Clinton’s emails vs. Trump’s documents: Do they compare?

Trump and Hillary

(NewsNation) — When the FBI executed a search warrant at former President Donald Trump’s Mar-a-Lago estate last week federal authorities recovered 11 sets of documents marked as confidential or secret, according to the property receipt from the search.

Although many questions around the investigation remain unanswered — specifically whether Trump himself was the target of the probe — pundits across the political spectrum were quick to highlight similarities, and differences, between the search of the former president’s home and the FBI’s investigation into Hillary Clinton’s emails.

Both investigations are linked to the potential mishandling of confidential information by top officials at the highest levels of government.

In Clinton’s case, authorities were looking at the former secretary of state’s use of a private email account for communication with her staff — some of that correspondence was later found to contain confidential information.

In Trump’s case, the probe stems from boxes of classified documents found at the former president’s Florida home.

Some, including Alan Dershowitz, a renowned attorney and professor emeritus at Harvard Law School, say that comparing the two investigations, and questioning whether the legal process is being applied equally, is appropriate.

“Until (U.S. Attorney General Merrick) Garland fully and specifically answers the hard questions about what appears to be unequal application of rules and practices, ‘what about her emails?’ will be a pertinent question,” Dershowitz wrote in an op-ed for the Wall Street Journal.

Other experts told NewsNation there are stark legal differences between the two cases.

“Whereas Hillary Clinton’s email server never contained properly marked classified information in the various emails received from or sent to unclassified government email accounts, the documents in Donald Trump’s possession were properly marked as classified and continued to have those markings at the time of their seizure,” Bradley Moss, a Washington-based national security lawyer, wrote in an email.

In other words, it’s possible Trump, or someone on his team, knowingly withheld confidential records after being asked to return them in a way that Clinton did not.

That fact may increase the former president’s legal exposure on possible obstruction of justice charges, said Moss.

In fact, the Mar-a-Lago search warrant cited a potential violation of a criminal statute related to obstruction as one of the reasons for seeking the warrant.

“My educated guess is that the Justice Department is looking at a different violation of law in the case of the former president versus Secretary Clinton,” said Jamil Jaffer, the founder and executive director of the National Security Institute at George Mason University.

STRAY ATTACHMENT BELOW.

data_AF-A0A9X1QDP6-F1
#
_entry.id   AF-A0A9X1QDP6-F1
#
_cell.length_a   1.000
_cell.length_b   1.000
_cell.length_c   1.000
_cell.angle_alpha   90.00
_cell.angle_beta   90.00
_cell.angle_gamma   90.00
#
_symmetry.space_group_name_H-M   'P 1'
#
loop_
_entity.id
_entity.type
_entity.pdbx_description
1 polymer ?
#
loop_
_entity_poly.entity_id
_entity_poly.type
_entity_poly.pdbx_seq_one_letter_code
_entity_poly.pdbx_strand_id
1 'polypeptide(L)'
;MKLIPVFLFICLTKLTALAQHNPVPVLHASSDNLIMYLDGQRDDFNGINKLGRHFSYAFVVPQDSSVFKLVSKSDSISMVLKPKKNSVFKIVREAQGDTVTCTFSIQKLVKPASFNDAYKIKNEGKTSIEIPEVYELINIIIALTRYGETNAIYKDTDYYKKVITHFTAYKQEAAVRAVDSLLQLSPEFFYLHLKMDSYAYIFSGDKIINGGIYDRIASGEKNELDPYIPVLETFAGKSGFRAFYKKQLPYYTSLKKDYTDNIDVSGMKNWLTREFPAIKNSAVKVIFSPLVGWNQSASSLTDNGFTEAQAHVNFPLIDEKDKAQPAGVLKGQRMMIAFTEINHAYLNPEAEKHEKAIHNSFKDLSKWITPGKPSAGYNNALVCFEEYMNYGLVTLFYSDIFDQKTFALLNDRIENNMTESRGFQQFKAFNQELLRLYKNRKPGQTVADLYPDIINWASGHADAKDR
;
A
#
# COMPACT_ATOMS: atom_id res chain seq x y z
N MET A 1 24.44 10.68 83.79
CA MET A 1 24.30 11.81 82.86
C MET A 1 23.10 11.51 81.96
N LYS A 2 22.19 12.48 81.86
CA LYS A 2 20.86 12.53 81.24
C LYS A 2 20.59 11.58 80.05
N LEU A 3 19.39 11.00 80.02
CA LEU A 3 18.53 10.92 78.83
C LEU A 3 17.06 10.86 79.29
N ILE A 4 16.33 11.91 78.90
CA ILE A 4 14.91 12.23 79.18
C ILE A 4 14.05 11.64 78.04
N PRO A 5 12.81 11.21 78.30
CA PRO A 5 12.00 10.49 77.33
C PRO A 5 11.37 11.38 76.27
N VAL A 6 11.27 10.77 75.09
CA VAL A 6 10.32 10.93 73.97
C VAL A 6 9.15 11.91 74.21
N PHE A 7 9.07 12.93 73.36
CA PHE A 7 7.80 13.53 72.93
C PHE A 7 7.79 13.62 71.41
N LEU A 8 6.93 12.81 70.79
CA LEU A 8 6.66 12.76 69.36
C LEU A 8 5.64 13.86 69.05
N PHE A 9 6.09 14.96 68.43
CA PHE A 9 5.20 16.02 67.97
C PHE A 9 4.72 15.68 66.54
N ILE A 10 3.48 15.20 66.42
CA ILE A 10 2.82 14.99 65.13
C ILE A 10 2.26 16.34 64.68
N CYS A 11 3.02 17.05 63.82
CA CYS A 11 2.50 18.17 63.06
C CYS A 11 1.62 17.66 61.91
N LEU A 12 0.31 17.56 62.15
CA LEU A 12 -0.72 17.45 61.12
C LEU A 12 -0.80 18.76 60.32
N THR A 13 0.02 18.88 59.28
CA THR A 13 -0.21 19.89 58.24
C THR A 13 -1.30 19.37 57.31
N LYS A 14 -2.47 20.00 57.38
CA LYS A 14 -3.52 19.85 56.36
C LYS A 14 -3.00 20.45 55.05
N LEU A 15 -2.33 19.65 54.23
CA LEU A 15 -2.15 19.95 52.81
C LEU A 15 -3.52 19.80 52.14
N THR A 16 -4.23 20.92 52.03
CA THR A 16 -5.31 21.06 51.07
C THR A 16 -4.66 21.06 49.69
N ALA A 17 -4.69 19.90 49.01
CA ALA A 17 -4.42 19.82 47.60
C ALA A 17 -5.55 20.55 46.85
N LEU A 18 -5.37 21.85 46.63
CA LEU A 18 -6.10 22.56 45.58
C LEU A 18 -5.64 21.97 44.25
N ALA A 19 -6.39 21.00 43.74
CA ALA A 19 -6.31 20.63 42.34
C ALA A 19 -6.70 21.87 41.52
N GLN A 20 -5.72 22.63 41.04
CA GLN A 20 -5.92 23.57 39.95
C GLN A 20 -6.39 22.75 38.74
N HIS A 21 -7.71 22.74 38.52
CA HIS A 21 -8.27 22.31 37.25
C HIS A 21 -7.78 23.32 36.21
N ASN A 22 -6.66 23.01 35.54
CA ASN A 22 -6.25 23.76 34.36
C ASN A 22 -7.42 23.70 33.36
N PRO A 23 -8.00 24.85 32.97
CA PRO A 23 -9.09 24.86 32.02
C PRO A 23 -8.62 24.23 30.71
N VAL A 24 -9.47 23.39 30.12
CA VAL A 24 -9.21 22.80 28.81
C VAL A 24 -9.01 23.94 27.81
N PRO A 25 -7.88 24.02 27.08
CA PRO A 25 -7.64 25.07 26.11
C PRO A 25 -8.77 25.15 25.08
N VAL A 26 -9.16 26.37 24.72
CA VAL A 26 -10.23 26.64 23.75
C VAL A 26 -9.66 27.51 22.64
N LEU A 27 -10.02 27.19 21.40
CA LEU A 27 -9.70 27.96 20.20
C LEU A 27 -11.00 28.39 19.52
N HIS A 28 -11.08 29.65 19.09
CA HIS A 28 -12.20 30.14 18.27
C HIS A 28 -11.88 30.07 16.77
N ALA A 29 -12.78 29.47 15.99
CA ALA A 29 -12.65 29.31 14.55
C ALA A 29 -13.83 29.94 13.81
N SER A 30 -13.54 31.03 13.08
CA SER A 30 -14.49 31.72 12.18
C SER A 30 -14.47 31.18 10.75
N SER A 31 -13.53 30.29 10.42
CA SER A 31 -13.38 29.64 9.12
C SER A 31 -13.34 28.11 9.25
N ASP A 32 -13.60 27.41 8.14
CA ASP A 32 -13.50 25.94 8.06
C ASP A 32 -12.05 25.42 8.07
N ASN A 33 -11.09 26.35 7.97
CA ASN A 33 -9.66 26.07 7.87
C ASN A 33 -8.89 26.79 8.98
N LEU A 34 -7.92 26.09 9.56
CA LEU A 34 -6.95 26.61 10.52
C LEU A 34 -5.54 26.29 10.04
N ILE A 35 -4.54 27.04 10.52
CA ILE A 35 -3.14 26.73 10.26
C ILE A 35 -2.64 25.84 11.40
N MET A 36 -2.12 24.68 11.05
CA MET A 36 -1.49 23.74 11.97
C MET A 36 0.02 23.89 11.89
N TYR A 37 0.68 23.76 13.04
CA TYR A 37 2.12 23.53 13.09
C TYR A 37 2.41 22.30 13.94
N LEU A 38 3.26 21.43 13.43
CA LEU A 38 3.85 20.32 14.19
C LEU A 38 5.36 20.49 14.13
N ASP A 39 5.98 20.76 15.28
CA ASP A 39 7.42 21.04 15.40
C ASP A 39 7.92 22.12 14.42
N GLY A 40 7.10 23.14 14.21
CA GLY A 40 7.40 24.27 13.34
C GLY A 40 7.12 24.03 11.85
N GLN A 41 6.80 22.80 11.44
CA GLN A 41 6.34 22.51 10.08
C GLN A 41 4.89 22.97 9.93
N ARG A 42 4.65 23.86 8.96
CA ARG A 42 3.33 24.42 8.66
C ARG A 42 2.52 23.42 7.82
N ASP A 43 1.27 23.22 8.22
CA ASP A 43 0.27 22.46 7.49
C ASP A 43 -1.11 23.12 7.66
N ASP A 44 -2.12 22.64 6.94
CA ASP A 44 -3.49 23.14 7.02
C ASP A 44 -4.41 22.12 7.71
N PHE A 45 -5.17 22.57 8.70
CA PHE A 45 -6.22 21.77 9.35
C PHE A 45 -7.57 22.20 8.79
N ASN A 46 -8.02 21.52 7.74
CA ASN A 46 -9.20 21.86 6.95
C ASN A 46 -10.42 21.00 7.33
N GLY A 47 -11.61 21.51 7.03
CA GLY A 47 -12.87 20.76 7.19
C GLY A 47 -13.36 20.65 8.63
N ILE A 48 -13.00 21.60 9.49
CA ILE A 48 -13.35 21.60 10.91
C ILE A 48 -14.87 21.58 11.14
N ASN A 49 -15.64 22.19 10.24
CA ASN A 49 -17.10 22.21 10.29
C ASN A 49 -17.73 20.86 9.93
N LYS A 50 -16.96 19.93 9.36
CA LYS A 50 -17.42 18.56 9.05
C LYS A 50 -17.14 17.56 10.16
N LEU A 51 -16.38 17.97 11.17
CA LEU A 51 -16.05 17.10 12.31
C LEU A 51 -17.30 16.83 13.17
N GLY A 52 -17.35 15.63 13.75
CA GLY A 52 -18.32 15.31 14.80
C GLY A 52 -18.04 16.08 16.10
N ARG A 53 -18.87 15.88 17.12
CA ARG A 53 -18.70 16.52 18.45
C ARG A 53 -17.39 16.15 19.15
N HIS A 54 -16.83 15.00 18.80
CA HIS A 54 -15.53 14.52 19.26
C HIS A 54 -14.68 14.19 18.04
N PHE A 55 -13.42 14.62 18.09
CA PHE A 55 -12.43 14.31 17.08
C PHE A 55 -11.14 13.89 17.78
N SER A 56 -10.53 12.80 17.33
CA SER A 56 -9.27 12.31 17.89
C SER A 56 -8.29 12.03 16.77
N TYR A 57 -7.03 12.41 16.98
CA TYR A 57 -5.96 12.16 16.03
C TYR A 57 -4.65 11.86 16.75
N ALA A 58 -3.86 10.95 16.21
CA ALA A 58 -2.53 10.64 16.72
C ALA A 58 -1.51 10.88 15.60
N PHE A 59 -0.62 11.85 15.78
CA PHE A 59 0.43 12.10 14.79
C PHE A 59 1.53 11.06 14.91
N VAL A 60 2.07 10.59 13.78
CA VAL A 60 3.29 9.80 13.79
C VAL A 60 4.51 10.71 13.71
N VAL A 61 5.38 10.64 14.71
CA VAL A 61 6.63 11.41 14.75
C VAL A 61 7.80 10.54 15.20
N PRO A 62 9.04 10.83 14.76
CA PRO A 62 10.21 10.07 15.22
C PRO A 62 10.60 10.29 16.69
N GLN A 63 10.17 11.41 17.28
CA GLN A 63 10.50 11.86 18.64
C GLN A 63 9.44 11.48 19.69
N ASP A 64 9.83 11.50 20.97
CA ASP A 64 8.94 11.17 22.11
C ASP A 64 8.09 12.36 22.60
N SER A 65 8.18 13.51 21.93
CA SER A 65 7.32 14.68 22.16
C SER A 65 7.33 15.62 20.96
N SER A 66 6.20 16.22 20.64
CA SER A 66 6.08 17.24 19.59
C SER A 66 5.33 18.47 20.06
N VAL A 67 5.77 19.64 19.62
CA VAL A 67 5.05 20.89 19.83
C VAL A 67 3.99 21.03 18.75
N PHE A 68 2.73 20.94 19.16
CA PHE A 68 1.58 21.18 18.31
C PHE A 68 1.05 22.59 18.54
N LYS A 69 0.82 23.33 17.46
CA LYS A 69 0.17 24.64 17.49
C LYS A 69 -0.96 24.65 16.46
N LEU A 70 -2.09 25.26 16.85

In July 2016, then-FBI Director James Comey announced the findings from the Clinton email investigation and determined that the former secretary of state was “extremely careless” in her handling of “very sensitive, highly classified information,” but did not find clear evidence that Clinton “intended to violate laws governing the handling of classified information.”

Due to that lack of clear evidence, Comey concluded that “no reasonable prosecutor” would bring criminal charges in such a case and advised federal prosecutors against doing so.

Now, the question of intent may be the key difference between the two investigations.

The search of Trump’s Florida home is just the latest development in a monthslong probe into the former president’s handling of government documents.

In June, one of Trump’s lawyers signed a statement asserting that all classified material at Mar-a-Lago had been returned, according to reporting from the New York Times.

But the FBI’s search last week, which recovered 11 sets of documents marked as confidential or secret, suggests that at least some of the classified material had not been returned.

“The key difference here is likely that with the former president, the Justice Department sought the return of the classified material, putting him on notice that he might be in violation of the law and when they didn’t get it back, they used a search warrant to find and seize it,’” Jaffer said.

It remains to be seen whether Trump, or someone in his circle, could face criminal charges, and details about the specific documents recovered in the search are still unclear.

The former president has denied any wrongdoing and even asked for some of the documents to be returned. His team maintains that, as president, Trump had the authority to declassify any documents he wished to.

On Thursday, the federal judge who approved the search warrant declined to unseal the affidavit, which would reveal the FBI’s explanation for conducting the search.

Instead, Judge Bruce Reinhart will allow the Justice Department until Aug. 25 to provide a redacted version to the court. The judge said there are portions of the affidavit that could be unsealed.

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